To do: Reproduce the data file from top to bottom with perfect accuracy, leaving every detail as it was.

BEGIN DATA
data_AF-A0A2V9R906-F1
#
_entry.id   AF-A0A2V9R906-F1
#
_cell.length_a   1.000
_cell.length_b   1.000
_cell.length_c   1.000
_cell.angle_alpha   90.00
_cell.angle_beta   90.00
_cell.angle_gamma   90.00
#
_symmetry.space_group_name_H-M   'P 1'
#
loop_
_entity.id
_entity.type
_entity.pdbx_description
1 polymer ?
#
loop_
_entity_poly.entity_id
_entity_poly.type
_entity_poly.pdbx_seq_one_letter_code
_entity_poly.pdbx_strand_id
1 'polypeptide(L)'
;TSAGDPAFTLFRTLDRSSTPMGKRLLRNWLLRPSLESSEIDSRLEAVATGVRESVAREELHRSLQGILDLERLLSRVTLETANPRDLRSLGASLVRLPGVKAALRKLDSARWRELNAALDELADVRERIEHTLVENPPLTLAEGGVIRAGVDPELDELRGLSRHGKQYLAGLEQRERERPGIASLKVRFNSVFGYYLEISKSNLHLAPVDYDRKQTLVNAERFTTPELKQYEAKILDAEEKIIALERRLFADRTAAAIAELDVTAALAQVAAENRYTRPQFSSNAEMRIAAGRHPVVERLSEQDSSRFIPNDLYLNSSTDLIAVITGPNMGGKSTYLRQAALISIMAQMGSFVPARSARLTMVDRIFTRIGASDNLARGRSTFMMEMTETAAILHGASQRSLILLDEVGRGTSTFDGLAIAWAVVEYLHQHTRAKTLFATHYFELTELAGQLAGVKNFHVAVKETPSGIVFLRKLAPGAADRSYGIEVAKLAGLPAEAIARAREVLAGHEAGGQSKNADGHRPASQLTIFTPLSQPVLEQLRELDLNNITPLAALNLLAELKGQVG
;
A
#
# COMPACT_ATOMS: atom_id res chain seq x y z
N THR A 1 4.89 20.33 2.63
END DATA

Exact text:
data_AF-A0A2V9R906-F1
#
_entry.id   AF-A0A2V9R906-F1
#
_cell.length_a   1.000
_cell.length_b   1.000
_cell.length_c   1.000
_cell.angle_alpha   90.00
_cell.angle_beta   90.00
_cell.angle_gamma   90.00
#
_symmetry.space_group_name_H-M   'P 1'
#
loop_
_entity.id
_entity.type
_entity.pdbx_description
1 polymer ?
#
loop_
_entity_poly.entity_id
_entity_poly.type
_entity_poly.pdbx_seq_one_letter_code
_entity_poly.pdbx_strand_id
1 'polypeptide(L)'
;TSAGDPAFTLFRTLDRSSTPMGKRLLRNWLLRPSLESSEIDSRLEAVATGVRESVAREELHRSLQGILDLERLLSRVTLETANPRDLRSLGASLVRLPGVKAALRKLDSARWRELNAALDELADVRERIEHTLVENPPLTLAEGGVIRAGVDPELDELRGLSRHGKQYLAGLEQRERERPGIASLKVRFNSVFGYYLEISKSNLHLAPVDYDRKQTLVNAERFTTPELKQYEAKILDAEEKIIALERRLFADRTAAAIAELDVTAALAQVAAENRYTRPQFSSNAEMRIAAGRHPVVERLSEQDSSRFIPNDLYLNSSTDLIAVITGPNMGGKSTYLRQAALISIMAQMGSFVPARSARLTMVDRIFTRIGASDNLARGRSTFMMEMTETAAILHGASQRSLILLDEVGRGTSTFDGLAIAWAVVEYLHQHTRAKTLFATHYFELTELAGQLAGVKNFHVAVKETPSGIVFLRKLAPGAADRSYGIEVAKLAGLPAEAIARAREVLAGHEAGGQSKNADGHRPASQLTIFTPLSQPVLEQLRELDLNNITPLAALNLLAELKGQVG
;
A
#
# COMPACT_ATOMS: atom_id res chain seq x y z
N THR A 1 4.89 20.33 2.63